By Glynis Kazanjian
Maryland elections board members held the state elections director and her staff accountable at the first public board meeting since she ruled on a controversial fundraising law without the board’s knowledge or consent.
The ruling by State Election Administrator Linda Lamone allows running mates of gubernatorial candidates who are statewide officeholders to raise money during the legislative session. It benefits Lt. Gov. Anthony Brown but not his chief rival, Attorney General Doug Gansler, because Brown is running with Howard County Executive Ken Ulman, while Gansler’s running mate, Del. Jolene Ivey, serves in the Maryland General Assembly. Like Gansler and Brown, she is barred from fundraising during its session.
The controversial ruling is being challenged in court by Gansler supporters.
Meeting tone was an inquisition
During the meeting, which was more like an inquisition at times, the five Maryland State Board of Elections members learned that only minutes after their Nov. 21 monthly board meeting concluded — during which the discussion of the fundraising law never came up — Lamone and some board staff members met privately with the attorney from the Office of the Attorney General assigned to the state board. They discussed the attorney general’s office recusing itself from the ruling.
“We got blind-sided,” said Rachel McGuckian, a Democratic attorney in Montgomery County who serves on the board, made up of three Democrats and two Republicans.
“I’m not seeing from the statute where we have the authority to regulate that type of conduct,” said Republican board member David McManus, another attorney. “This is an unusual situation. There’s going to be controversy. We have three election lawyers on the board and are free. We could have helped craft this and made the final product more authoritative.”
Later, McGuckian asked for a change in the board by-laws to prevent a similar situation – where there is an absence of an opinion from the attorney general – from happening again.
Elections officials ruled without outside legal guidance
Under normal practice, the State Board of Elections seeks a formal opinion from the attorney general’s office on legal matters affecting state election law.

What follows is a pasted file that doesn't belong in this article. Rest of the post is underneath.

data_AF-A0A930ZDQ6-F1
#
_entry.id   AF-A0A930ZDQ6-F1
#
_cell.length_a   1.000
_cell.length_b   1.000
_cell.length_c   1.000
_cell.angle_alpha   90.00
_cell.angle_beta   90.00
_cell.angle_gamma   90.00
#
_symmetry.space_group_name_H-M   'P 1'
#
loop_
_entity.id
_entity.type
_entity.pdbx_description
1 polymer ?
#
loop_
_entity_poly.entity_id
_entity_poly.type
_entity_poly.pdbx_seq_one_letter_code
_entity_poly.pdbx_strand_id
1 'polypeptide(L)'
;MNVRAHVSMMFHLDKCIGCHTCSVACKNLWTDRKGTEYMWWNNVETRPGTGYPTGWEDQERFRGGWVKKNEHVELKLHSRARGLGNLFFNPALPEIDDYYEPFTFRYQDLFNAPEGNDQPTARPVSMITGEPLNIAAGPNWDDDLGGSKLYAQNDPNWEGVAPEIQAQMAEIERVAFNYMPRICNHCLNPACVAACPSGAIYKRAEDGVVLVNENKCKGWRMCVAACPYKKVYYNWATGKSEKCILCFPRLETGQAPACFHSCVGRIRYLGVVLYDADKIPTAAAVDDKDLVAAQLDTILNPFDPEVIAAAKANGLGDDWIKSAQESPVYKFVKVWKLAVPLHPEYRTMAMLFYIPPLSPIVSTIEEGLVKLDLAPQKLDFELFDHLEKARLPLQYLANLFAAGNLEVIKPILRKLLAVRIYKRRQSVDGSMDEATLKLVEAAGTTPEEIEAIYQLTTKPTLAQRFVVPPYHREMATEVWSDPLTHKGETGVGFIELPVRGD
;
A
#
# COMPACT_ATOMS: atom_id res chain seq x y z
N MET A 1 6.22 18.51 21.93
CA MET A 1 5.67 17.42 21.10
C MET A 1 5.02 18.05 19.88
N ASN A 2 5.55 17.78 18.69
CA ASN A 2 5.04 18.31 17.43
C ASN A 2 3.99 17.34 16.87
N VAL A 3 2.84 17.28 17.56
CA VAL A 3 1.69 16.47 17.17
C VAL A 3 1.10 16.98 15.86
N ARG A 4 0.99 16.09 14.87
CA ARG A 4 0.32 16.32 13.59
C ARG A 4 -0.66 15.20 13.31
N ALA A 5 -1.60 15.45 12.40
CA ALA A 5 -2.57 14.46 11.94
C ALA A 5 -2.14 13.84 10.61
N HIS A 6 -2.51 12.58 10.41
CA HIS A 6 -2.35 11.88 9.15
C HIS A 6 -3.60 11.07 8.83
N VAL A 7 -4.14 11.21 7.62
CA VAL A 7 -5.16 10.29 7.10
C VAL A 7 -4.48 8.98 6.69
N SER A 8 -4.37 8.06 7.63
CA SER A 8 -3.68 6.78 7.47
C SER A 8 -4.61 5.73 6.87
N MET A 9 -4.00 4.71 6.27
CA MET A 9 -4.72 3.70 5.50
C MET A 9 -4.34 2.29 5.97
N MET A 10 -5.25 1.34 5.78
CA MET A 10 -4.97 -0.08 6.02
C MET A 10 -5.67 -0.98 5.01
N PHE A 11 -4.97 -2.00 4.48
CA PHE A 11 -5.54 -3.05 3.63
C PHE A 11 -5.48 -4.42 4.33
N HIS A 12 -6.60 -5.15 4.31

Despite his candidacy, Gansler’s office did not believe there was a conflict of interest, but agreed to recuse itself anyway for cautionary reasons, attorney general spokesman David Paulson said. They offered Lamone the names of four attorneys who could offer outside legal counsel.
Because Maryland moved its primary to June, fundraising during the legislature’s 90-day annual session from mid-January to mid-April is even more important than previous years. The state board was asked to rule on it last fall.
None of the four attorneys reportedly contacted by the state board staff took on the role.
Jared DeMarinis, the board’s director of candidacy and campaign finance who worked with Lamone on the fundraising guidance memo, told Maryland Reporter last week that none of the four lawyers could be reached. But a Dec. 19 letter to Lamone from the attorney general’s office disputes that.
“For reasons that are unclear, each of those lawyers withdrew from consideration after discussing the advice request with you,” the letter from Deputy Attorney General J.B. Howard stated. “We then contacted two additional fìrms that you suggested, but neither has agreed to undertake the representation. Therefore, we assume that the guidance you issued today [Dec. 19] was provided without advice of outside counsel, and we confirm that it was provided without the advice of the Assistant Attorney General assigned to represent the SBE.”
When questioned by McGuckian about the absence of any legal opinion in the guidance memo, DeMarinis said that the state prosecutor’s office was asked to review the legal language in the ruling, a defense he has stated before.
Lamone, a lawyer herself, told a Senate committee Thursday that the prosecutor had reviewed the ruling for “legal sufficiency.”
State Prosecutor Emmet C. Davitt has said that while his office reviewed hypothetical examples of improper campaign finance behavior, he did not review the legal interpretation in the memo – especially the language that concluded Maryland campaign finance law “clearly” considers running mates to be separate candidates.
“We offered no legal guidance” on that, Davitt said.
Within days of the Dec. 19 ruling a lawsuit was filed. On Dec. 26, Dan Clements of the law firm Salsbury, Clements, Bekman, Marder and Adkins filed a lawsuit on behalf of two Baltimore residents, naming Lamone, Brown and Ulman as defendants. Both of the plaintiffs are Gansler supporters, as is Clements.
The suit argues that section 13-235(b) of Maryland state law prohibits any person acting on behalf of, or representing the campaign interests of the governor or lieutenant governor from raising campaign funds during the legislative session.
“The two positions are one team, inseparable, coordinated and working together by law and by their filing,” the suit states. “The two positions do not require separate votes to be cast at the ballot box, and in fact, there is only one button to push, one lever to pull, or one box to mark.”
Now two weeks into the legislative session, no hearing has been held on the lawsuit. And the Brown-Ulman campaign has refused to say whether Ulman is raising money.